On Thursday, November 9th, the Sylvia Rivera Law Project (SRLP) teamed up with the LGBT Community Center at West 13th to create an affirming and community-driven space to discuss trans healthcare and to learn about the work being done by our allies around the city. During our “What’s Up with Trans Healthcare?” Town Hall, the main goal was to mobilize the community and put pressure on the city government to address the stark lack of affirming and comprehensive healthcare services for transgender, gender non-conforming, and intersex (TGNCI) individuals. The TGNCI community deserves full access to such services, and SRLP has relaunched our trans health campaign in order to ensure that access.
Community members and activists gathered in one of the conference rooms at the LGBT Center on West 13th in Chelsea for a night of educating and organizing around trans healthcare issues, with representatives of various governmental and non-profit organizations in attendance. The event featured panels composed of these representatives, as well as members of SRLP and our partners from the Legal Aid Society, Callen-Lorde Community Health Center, and Transcend Legal, among others. Perhaps the most exciting portion of the night was the “town hall”-style open floor discussion led by our community, members of which got to voice their experiences with healthcare. We heard so many impactful stories, some of which we’ll share below.
The night opened with Sasha Alexander, our Director of Membership, who laid out group agreements for discussion, making sure to emphasize that the event would center TGNCI voices first. Next, a panel comprised of Belkys Garcia of the Legal Aid Society and Kimberleigh Smith of Callen-Lorde, along with Mik Kinkead and Kyle Rapiñan, attorneys at SRLP, spoke on the legal history of and barriers surrounding trans healthcare rights. Belkys and Kimberleigh outlined a “Know Your Rights” segment, in which they shared the various rights that TGNCI patients should be aware of, as well as some of the legal battles that have taken place over the past two decades to ensure those rights. Mik and Kyle then discussed a demand letter composed in part by SRLP, which was sent to the New York State Department of Health demanding equal and fair access to trans-related healthcare services for TGNCI patients.
Next, Simon Andrade, LGBT Health Coordinator for the New York City Department of Health & Mental Health (NYC DOHMH), shared some of the exciting work being done by the city to address intersections of racism, sexism, and queerphobia in the realm of healthcare, including creating more diversity in healthcare staff at various facilities. NYC DOHMH is also working on updating their computer databases to be inclusive of various gender identities, and they are developing an official to be posted in all hospitals around the city. Both the first panel and Simon’s presentation were met with nuanced responses from the community, who raised various issues from student healthcare needs to training frontline staff at medical facilities to be more affirming.
Sasha then opened the floor to the community to voice their concerns to the healthcare professionals and activists in the room, as well as to support each other in this time of change. SRLP member Armand shared some of his negative experiences undergoing cancer treatment as a trans person and urged the city and the community to fight against stigmatization and mistreatment in healthcare. He also announced that he will be conducting cultural competency classes at Beth Israel Hospital on West 15th. Members Grace and Sheneeneh shared words of resiliency and power as they comforted community members to “keep loving [themselves]” and to stay strong in the face of adversity. Overall, this segment was so powerful and so important in terms of building community power.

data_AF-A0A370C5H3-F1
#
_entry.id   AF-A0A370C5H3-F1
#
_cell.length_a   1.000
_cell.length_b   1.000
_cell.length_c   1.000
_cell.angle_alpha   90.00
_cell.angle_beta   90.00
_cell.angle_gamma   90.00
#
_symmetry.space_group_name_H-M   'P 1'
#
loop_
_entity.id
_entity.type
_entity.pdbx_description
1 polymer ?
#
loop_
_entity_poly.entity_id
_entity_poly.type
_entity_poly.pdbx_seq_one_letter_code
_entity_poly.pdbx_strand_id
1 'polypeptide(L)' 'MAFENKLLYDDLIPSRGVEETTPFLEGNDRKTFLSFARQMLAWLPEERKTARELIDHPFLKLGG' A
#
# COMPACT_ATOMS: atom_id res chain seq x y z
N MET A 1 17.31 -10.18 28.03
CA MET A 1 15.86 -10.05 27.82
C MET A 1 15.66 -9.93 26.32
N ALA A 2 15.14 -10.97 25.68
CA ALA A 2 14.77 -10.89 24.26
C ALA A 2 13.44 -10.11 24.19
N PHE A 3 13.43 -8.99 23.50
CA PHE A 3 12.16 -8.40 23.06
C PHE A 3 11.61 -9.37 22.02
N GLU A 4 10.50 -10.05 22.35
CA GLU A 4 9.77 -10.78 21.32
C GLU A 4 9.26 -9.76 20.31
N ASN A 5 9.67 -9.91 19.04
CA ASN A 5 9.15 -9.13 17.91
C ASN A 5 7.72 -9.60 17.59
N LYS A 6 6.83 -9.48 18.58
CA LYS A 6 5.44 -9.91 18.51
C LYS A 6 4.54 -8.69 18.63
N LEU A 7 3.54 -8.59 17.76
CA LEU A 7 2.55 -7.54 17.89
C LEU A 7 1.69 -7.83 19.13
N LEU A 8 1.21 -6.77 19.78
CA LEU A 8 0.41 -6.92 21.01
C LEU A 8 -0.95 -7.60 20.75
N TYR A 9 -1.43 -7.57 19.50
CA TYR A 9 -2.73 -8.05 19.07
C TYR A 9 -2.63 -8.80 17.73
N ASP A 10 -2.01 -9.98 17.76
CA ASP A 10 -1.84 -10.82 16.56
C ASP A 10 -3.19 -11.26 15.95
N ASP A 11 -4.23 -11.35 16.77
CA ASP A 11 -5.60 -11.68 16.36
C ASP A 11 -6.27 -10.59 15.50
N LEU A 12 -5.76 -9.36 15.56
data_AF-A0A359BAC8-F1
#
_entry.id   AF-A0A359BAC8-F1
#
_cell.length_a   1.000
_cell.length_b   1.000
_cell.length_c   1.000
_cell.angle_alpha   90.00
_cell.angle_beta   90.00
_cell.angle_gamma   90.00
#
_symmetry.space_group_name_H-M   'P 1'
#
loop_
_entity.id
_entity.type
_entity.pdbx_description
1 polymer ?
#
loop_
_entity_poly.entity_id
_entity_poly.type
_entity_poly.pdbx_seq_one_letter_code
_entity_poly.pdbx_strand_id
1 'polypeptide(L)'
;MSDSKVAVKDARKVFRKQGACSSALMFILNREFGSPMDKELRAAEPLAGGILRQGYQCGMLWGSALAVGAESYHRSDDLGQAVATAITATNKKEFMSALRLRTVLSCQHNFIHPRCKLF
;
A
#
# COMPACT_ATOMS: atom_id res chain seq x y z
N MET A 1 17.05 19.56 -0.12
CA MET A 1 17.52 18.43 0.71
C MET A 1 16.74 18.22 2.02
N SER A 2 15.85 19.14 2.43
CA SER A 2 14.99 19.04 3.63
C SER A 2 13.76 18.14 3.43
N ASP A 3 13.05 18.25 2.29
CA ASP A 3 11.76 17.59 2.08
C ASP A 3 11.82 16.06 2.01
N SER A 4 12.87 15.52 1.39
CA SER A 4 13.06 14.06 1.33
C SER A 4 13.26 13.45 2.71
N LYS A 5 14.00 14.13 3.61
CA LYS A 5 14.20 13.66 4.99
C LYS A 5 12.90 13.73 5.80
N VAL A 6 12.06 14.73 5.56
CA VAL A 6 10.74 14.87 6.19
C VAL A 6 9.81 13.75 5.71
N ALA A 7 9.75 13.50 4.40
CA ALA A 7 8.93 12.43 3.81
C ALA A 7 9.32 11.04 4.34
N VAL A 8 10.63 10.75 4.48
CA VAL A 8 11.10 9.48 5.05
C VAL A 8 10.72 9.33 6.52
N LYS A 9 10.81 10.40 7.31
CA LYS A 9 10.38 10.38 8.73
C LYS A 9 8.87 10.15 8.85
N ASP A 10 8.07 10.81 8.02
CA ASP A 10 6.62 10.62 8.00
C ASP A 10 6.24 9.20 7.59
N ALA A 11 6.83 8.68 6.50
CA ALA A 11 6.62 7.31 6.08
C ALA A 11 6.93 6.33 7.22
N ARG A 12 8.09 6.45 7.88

After the open floor discussion, Sarah Bender from the New York City Health + Hospitals Corporation (NYC HHC) spoke about some of the work her organization is doing to improve trans healthcare services. She shared that her committee has all been trained by trans community members on cultural competency and affirmative services, trainings which will be passed on to healthcare staff around the city. NYC HHC is working on establishing two “pride health centers” by next year, which will be LGBTQ-centric hospitals providing affirmative services. They hope to expand even more after that, stating that “there should be no wrong doors to any hospital.” Sarah also reminded the community that being discriminated against is against the law and urged the room to keep their rights in mind. One community member asked Sarah how likely it is that these services will come to fruition so soon, but Sarah showed her passion and enthusiasm as an ally to the community by reassuring the room that the city is indeed committed to establishing justice for the TGNCI community.
Finally, the evening closed out with another panel of healthcare providers and advocates. Noah Lewis of Transcend Legal, a healthcare rights advocacy organization; Vijou Bryant of APICHA, a community health center in Lower Manhattan; Dhanna Perry of Callen-Lorde; and Julian Cabezas of Community Healthcare Network, a healthcare organization working on various trans-related advocacy needs, such as name changes and healthcare access. Each presented on the work that their organizations do, and then took questions from the audience, who sought more information on legal rights and self-advocacy.
Overall, the “What’s Up with Trans Healthcare” Town Hall was a huge success, and we are so grateful to the community members who came to voice their concerns and fight for justice, as well as to the many service providers who came to discuss their work and dedicate themselves to being true allies. This event is only the first in a series of events we are planning, so please stay tuned for the second town hall event coming in January 2018!